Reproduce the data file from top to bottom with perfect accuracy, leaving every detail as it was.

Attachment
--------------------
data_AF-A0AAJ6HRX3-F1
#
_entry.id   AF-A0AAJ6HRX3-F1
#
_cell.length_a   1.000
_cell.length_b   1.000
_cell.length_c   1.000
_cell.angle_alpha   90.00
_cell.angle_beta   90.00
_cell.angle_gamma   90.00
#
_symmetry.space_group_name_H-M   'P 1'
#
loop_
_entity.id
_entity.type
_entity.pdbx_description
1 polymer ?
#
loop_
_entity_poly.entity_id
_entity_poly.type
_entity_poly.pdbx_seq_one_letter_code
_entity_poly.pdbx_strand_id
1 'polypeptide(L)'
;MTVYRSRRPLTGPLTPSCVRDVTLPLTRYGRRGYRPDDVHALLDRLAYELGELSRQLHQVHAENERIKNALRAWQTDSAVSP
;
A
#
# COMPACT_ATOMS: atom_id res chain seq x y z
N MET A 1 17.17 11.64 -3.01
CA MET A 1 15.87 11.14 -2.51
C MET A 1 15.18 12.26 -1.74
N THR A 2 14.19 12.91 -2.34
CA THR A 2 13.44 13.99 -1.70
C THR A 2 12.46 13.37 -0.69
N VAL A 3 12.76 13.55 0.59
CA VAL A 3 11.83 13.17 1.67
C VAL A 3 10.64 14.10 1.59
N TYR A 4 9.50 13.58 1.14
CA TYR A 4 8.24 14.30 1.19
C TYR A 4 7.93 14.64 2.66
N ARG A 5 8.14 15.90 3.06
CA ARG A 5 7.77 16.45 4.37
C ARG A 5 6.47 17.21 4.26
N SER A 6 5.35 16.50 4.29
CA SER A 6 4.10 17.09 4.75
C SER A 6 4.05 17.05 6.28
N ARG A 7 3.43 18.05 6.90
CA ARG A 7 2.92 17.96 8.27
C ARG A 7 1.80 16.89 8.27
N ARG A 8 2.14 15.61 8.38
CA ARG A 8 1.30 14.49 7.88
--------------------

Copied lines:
data_AF-A0AAJ6HRX3-F1
#
_entry.id   AF-A0AAJ6HRX3-F1
#
_cell.length_a   1.000
_cell.length_b   1.000
_cell.length_c   1.000
_cell.angle_alpha   90.00
_cell.angle_beta   90.00
_cell.angle_gamma   90.00
#
_symmetry.space_group_name_H-M   'P 1'
#
loop_
_entity.id
_entity.type
_entity.pdbx_description
1 polymer ?
#
loop_
_entity_poly.entity_id
_entity_poly.type
_entity_poly.pdbx_seq_one_letter_code
_entity_poly.pdbx_strand_id
1 'polypeptide(L)'
;MTVYRSRRPLTGPLTPSCVRDVTLPLTRYGRRGYRPDDVHALLDRLAYELGELSRQLHQVHAENERIKNALRAWQTDSAVSP
;
A
#
# COMPACT_ATOMS: atom_id res chain seq x y z
N MET A 1 17.17 11.64 -3.01
CA MET A 1 15.87 11.14 -2.51
C MET A 1 15.18 12.26 -1.74
N THR A 2 14.19 12.91 -2.34
CA THR A 2 13.44 13.99 -1.70
C THR A 2 12.46 13.37 -0.69
N VAL A 3 12.76 13.55 0.59
CA VAL A 3 11.83 13.17 1.67
C VAL A 3 10.64 14.10 1.59
N TYR A 4 9.50 13.58 1.14
CA TYR A 4 8.24 14.30 1.19
C TYR A 4 7.93 14.64 2.66
N ARG A 5 8.14 15.90 3.06
CA ARG A 5 7.77 16.45 4.37
C ARG A 5 6.47 17.21 4.26
N SER A 6 5.35 16.50 4.29
CA SER A 6 4.10 17.09 4.75
C SER A 6 4.05 17.05 6.28
N ARG A 7 3.43 18.05 6.90
CA ARG A 7 2.92 17.96 8.27
C ARG A 7 1.80 16.89 8.27
N ARG A 8 2.14 15.61 8.38
CA ARG A 8 1.30 14.49 7.88